That was the situation facing the Princeton biologists who are building microtubules, the skeleton of the cell, from scratch.
“We did not think it was possible,” said Sabine Petry, an assistant professor of molecular biology. For years, Petry and the researchers in her lab have dazzled the biological world with videos of what they call “the fireworks of life,” which show the branching and growth of these microscopic structures. “From making fireworks to getting to the recipe of how fireworks are made? We had imagined and brainstormed about it for five years.” In that time, her team had painstakingly determined the fireworks’ components, one protein at a time, and graduate student Akanksha Thawani had come up with a model for the sequence, but testing it seemed impossible.
But then the journal’s reviewers told them they couldn’t publish their model unless they proved it experimentally.
“Admittedly, after watching Akanksha work on this so long, when the referee asked for more work, I was skeptical that we could sort out the order of molecular attachments in any reasonable time,” said Howard Stone, Princeton’s Donald R. Dixon ’69 and Elizabeth W. Dixon Professor of Mechanical and Aerospace Engineering and Thawani’s co-adviser. “But Akanksha was focused and disciplined, and systematically tackled experiments that identified the order of the molecular attachments. It was stunning to follow her detective work.”
“They asked us, and we wanted to get it published, so that did the trick,” Petry said. “The review process gets a lot of bad press, but reviewers can sometimes push you to the next level.” The results of their work appear in the journal eLife.
Building a house without blueprints
Microtubules are the bricks and mortar of the cell, used to build cell walls and the spindles of mitosis and meiosis — without them, even single-celled organisms couldn’t reproduce — but until now, no one knew exactly how microtubules branch off each other. For a decade, researchers have known that the branching, caused as the microtubules grow from each other, was key to assembling spindles and making connections between the cell components.
“The missing piece for a decade or so has been this microtubule branching — that microtubules don’t grow just linearly, but they actually branch, and they can branch again and again, creating those fireworks,” Petry said.
While Petry’s team had identified the components necessary to build microtubules, they hadn’t put together the sequence — the recipe — that spelled out exactly how to assemble them, at the molecular level, to make the spindles grow and branch into fireworks. And for the most part, that was fine. Biology did it for them. If they put the right components together, the fireworks just grew.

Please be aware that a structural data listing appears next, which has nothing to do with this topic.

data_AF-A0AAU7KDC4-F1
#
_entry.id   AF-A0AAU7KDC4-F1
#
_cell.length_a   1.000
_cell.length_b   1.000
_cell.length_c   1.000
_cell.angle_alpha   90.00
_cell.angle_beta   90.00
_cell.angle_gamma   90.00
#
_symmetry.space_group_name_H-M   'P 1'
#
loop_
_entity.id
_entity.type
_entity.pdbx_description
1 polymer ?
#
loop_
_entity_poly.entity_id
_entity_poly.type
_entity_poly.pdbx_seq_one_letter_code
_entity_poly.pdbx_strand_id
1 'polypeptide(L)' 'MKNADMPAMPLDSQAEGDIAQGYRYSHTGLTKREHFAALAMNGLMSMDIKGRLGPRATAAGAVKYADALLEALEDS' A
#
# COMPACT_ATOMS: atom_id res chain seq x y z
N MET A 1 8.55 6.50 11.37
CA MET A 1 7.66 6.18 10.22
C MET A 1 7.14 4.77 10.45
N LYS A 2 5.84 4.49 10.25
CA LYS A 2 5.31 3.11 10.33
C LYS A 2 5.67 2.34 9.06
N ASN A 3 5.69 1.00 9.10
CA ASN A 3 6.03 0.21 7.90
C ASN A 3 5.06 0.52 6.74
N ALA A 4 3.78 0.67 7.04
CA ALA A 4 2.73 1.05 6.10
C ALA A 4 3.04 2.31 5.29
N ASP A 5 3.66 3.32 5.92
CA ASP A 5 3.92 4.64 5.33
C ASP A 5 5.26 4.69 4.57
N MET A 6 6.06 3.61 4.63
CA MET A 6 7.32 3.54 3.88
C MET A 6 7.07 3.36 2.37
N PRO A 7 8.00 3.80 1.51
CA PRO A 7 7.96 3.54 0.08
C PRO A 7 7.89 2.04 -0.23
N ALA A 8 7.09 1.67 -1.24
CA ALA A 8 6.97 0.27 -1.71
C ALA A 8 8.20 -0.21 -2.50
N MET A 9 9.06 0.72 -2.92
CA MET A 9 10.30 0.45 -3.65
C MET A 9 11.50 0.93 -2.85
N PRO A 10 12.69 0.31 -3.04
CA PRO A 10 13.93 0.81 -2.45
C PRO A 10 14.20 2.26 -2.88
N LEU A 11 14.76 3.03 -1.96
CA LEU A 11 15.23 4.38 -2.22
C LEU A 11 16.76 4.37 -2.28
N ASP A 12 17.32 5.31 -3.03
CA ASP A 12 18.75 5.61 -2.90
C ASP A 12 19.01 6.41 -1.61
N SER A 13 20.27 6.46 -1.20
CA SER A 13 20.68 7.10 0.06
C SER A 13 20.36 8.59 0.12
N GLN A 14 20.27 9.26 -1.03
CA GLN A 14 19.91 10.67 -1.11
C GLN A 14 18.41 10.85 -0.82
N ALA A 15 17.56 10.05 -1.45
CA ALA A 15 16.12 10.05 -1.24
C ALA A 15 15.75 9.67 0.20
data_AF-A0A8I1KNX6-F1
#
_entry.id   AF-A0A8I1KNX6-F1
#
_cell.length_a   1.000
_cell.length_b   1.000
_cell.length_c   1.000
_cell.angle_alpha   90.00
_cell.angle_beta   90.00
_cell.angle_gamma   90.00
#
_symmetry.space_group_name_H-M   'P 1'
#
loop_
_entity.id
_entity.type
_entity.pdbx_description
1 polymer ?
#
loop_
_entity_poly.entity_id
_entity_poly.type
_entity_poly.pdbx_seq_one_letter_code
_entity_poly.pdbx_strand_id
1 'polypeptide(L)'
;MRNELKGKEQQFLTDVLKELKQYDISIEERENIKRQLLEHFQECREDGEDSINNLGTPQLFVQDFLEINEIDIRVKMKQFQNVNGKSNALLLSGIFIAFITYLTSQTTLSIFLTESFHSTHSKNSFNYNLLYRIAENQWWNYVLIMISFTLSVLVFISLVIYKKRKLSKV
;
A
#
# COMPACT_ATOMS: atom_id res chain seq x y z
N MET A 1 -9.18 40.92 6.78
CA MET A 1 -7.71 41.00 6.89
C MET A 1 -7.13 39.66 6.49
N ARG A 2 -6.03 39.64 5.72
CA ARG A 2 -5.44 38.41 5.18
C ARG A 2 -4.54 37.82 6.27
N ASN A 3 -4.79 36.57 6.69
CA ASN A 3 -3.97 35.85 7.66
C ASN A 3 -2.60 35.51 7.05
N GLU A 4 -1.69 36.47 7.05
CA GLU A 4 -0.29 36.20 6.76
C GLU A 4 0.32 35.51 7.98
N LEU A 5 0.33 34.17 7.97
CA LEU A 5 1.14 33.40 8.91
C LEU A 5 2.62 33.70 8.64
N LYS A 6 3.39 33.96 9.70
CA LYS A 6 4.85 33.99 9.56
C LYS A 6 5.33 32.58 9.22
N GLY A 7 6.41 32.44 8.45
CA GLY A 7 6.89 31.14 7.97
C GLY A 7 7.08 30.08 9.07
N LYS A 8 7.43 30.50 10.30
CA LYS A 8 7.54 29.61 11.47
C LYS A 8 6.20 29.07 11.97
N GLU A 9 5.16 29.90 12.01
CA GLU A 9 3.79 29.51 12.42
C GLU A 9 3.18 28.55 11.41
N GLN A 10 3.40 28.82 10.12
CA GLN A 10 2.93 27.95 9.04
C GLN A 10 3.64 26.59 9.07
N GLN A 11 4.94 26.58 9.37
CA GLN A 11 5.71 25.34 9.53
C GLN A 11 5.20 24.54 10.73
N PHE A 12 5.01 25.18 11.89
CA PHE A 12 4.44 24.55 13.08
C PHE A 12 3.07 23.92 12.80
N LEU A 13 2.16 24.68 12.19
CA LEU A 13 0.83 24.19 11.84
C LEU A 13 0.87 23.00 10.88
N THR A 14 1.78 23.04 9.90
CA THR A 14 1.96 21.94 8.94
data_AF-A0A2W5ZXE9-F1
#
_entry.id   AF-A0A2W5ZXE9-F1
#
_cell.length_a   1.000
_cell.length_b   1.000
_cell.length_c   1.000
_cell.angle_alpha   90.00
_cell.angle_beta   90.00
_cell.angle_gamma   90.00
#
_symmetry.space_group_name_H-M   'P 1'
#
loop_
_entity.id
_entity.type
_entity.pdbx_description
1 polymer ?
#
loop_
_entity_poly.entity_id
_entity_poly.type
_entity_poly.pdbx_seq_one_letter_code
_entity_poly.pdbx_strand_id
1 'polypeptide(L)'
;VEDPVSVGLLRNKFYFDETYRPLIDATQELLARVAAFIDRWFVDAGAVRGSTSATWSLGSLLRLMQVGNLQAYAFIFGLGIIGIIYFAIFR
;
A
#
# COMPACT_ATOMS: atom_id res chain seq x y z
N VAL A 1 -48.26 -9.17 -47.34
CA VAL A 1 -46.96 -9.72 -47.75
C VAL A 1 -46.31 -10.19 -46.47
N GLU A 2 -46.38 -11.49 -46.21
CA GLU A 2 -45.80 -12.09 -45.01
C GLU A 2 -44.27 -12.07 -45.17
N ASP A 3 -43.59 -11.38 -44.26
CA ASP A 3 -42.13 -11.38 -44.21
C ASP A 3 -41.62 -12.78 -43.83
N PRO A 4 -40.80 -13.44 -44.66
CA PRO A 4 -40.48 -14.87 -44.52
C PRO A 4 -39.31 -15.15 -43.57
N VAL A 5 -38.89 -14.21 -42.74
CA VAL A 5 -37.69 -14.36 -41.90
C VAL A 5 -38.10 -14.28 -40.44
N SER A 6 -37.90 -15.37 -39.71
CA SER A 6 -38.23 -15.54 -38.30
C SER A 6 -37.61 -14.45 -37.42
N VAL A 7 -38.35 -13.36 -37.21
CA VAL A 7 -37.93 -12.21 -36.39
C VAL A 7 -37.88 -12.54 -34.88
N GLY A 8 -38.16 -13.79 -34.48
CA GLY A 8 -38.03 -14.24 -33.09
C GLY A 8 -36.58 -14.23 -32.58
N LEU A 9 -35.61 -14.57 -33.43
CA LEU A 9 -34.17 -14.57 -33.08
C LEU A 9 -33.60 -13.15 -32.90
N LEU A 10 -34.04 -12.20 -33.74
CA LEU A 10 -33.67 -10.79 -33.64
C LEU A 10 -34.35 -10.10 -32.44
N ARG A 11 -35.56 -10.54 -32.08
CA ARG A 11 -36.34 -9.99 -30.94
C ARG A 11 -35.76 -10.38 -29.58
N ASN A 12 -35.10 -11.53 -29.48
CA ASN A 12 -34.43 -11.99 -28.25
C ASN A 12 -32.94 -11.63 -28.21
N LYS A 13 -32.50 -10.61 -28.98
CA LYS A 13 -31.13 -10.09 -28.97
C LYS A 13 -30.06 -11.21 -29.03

But how did it happen, exactly? That was the question that nagged at Thawani, a chemical and biological engineering graduate student doing her research in Petry’s lab.
“For the longest time, I’ve been staring at them and wondering how this worked, from scratch,” said Thawani, who recently won the prestigious Charlotte Elizabeth Proctor Fellowship for graduate students in their final year. “We start from no microtubules at all, and then, within 15 minutes, we have these beautiful structures. How do you generate a structure from those nanometer-sized proteins? What was it about their binding kinetics or their organization that would result in the structures that we see?”
Thawani was uniquely positioned to tackle these questions, having spent years studying chemical engineering and physics as well as molecular biology. She has essentially invented a new subspecialty in-between the three fields. “At the intersections between disciplines — that’s where the next, best science is,” she said.
The eLife paper stands at that unusual crossroads: of the four authors, all except Thawani are principal investigators (PIs) of their own research labs, in three usually unrelated fields: Petry in biology; Stone in engineering; and Joshua Shaevitz, a professor of physics and the Lewis-Sigler Institute for Integrative Genomics.
“I don’t know of many examples where there is one first author and then three PIs,” said Petry. “I think that’s a strength of Princeton. I don’t know any other place where it’s that easy to get three professors together to make a project happen.”